SUMMARY OF THE INVENTION

In one embodiment, this invention provides a coated abrasive product comprising a backing bearing on at least one major surface thereof a make coat, a multiplicity of erodable agglomerates comprising a resinous binder and at least one inorganic filler material adhered to said make coat, a multiplicity of individual premium abrasive grains adhered to said make coat and disposed between said erodable agglomerates, a multiplicity of individual premium abrasive grains overlying said erodable agglomerates, and a size coat overlying said individual premium abrasive grains, said erodable agglomerates, and said make coat.

In another embodiment, this invention provides a coated abrasive product comprising a backing bearing on at least one major surface thereof a make coat, a multiplicity of erodable agglomerates comprising a resinous binder and at least one inorganic filler material adhered to said make coat, a multiplicity of individual premium abrasive grains adhered to said make Coat and disposed between said erodable agglomerates, and a size coat overlying said individual abrasive grains, said erodable agglomerates, and said make coat.

This invention further provides methods for making each the foregoing coated abrasive products. The method for preparing the first-mentioned coated abrasive embodiment comprises the steps of:

(1) providing a backing;

(2) applying a make coat to said backing;

(3) applying erodable agglomerates over said make coat;

(4) applying individual premium abrasive grains over said erodable agglomerates and said make coat;

(5) curing said make coat;

(6) applying a size coat over said erodable agglomerates, said individual premium abrasive grains, and said make coat; and

(7) curing said size coat.

The method for preparing the second-mentioned coated abrasive embodiment comprises the steps of:

(1) providing a backing;

(2) applying a make coat to said backing;

(3) applying a mixture comprising individual premium abrasive grains and erodable agglomerates over said make coat;

(4) curing said make coat;

(5) applying a size coat over said mixture of individual premium abrasive grains, said erodable agglomerates, and said make coat; and

(6) curing said size coat.

The coated abrasive products of this invention abrade faster and endure longer than coated abrasive products using individual conventional abrasive grains in place of erodable agglomerates.

BRIEF DESCRIPTION OF THE DRAWINGS

FIG. 1 is a schematic representation of a cross-section of one embodiment of a coated abrasive product of this invention.

FIG. 2 is a schematic representation of a cross-section of another embodiment of a coated abrasive product of this invention.

FIG. 3 is a schematic representation of a cross-section of another embodiment of a coated abrasive product of this invention.

FIG. 4 is a drawing of an apparatus for testing the abrasiveness of abrasive discs.

DETAILED DESCRIPTION

Materials used in abrasive articles are often categorized according to their ability to abrade a surface. Materials capable of quickly abrading a surface are denoted "premium" while those that abrade a surface slowly, or not at all, are denoted "nonabrasive". Materials capable of abrading a surface at a moderate rate are denoted "conventional". The designation as premium, conventional, or nonabrasive involves a considerable degree of subjectivity, and depends to some degree on the type of workpiece and the abrading conditions employed. Nevertheless, for most commercially significant abrading operations, it has been found that a test involving the abrasion of cold rolled steel with coated abrasive products having only one type of grain, will, when compared to an identical construction involving a different type of grain, yield test results which are highly reliable in categorizing abrasive materials as premium, conventional, or nonabrasive.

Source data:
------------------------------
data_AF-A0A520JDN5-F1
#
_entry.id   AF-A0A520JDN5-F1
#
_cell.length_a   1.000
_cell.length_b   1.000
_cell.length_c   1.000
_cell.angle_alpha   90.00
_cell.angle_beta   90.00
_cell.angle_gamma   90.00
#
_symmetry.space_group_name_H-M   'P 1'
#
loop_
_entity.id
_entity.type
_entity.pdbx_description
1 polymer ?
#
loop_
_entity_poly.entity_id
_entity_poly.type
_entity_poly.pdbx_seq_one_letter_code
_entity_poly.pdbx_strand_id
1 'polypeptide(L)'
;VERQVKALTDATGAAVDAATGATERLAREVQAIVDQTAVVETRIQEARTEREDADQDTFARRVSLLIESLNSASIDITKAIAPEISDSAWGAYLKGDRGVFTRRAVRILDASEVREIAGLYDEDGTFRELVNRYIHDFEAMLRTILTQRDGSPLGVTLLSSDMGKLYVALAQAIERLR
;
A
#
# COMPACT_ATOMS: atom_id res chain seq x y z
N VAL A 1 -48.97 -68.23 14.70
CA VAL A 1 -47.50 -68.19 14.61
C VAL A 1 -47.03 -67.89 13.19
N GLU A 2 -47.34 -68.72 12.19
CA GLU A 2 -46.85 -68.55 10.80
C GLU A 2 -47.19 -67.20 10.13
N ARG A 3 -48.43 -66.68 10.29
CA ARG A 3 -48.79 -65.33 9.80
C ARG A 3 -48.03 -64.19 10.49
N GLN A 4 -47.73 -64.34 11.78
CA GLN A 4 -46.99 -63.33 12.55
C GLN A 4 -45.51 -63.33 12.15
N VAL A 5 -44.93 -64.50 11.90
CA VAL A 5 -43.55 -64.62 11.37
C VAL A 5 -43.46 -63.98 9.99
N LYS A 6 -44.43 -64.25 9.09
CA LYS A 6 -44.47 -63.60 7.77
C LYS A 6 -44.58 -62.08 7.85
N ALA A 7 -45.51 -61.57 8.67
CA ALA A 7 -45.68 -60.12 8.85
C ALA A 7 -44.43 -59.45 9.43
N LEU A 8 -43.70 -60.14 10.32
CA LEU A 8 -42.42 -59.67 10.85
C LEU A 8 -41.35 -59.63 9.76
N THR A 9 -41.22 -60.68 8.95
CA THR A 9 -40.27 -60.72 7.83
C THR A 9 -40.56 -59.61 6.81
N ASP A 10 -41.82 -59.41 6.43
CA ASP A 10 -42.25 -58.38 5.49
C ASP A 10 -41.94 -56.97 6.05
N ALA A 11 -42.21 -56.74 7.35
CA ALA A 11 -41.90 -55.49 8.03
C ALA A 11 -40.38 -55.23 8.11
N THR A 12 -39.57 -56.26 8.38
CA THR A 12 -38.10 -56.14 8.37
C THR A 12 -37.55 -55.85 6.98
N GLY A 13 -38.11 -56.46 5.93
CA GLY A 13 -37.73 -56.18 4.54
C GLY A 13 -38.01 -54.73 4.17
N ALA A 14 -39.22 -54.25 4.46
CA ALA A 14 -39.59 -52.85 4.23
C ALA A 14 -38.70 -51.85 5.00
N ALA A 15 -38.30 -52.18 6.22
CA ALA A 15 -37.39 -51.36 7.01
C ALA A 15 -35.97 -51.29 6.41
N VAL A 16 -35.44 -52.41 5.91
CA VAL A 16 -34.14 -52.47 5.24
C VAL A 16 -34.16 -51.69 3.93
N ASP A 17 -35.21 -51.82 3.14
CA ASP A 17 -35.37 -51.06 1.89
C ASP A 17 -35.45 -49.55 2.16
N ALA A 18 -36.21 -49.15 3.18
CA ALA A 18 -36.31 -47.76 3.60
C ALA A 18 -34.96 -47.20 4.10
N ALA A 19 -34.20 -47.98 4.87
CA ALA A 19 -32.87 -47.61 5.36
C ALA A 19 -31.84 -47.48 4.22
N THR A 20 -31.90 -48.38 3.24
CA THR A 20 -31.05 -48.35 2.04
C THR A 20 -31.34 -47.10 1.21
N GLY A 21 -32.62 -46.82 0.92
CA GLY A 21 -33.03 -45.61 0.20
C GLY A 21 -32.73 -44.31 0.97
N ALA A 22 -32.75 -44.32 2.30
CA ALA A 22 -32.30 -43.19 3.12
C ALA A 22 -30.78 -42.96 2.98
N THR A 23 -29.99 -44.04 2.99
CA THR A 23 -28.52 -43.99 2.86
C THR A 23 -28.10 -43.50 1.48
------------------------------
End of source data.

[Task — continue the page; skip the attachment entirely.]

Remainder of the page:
To classify materials commonly used in abrasive articles as premium, conventional, or nonabrasive, abrasive discs containing Grade 36 abrasive grains (average grain size of 710 micrometers) were prepared. Conventional procedures for preparing coated abrasive products were followed, using conventional 0.76 mm thick vulcanized fiber backings, a conventional calcium carbonate-filled phenolic resin make coat, and a conventional cryolite-filled phenolic resin size coat. The weight of the make coat was 170 g/m2. The resin of the make coat was precured for 90 minutes at 88° C. and the resin of the size coat precured for 90 minutes at 88° C. followed by final curing at 100° C. for 10 hours. The make and size coats were applied via conventional techniques in a one-trip operation and were cured in a forced air oven. The cured discs (17.8 cm diameter) were flexed in a conventional manner to controllably break the hard bonding resins, mounted on a beveled aluminum back-up pad, and used to grind a 1.25 cm by 18 cm face of a 1018 cold rolled steel workpiece. Each disc was driven at 5,500 rpm while the portion of the disc overlying the beveled edge of the back-up pad contacted the workpiece at a load of 5.91 kg. Grinding was conducted for one minute time intervals and each disc was used to grind a separate workpiece for a total of 12 minutes or until no more than 5 grams of metal were removed in any one minute grinding cut, whichever came first. This test was performed for different discs, each disc containing undiluted grains of one of the following materials: fused alumina-zirconia, ceramic aluminum oxide, heat-treated fused aluminum oxide, brown fused aluminum oxide, garnet, and marble. The total amount of metal (total cut) removed by using such discs is set forth in Table 1, along with the coating weights of the mineral and size coats. In each case, the total cut figure is the average for at least three discs.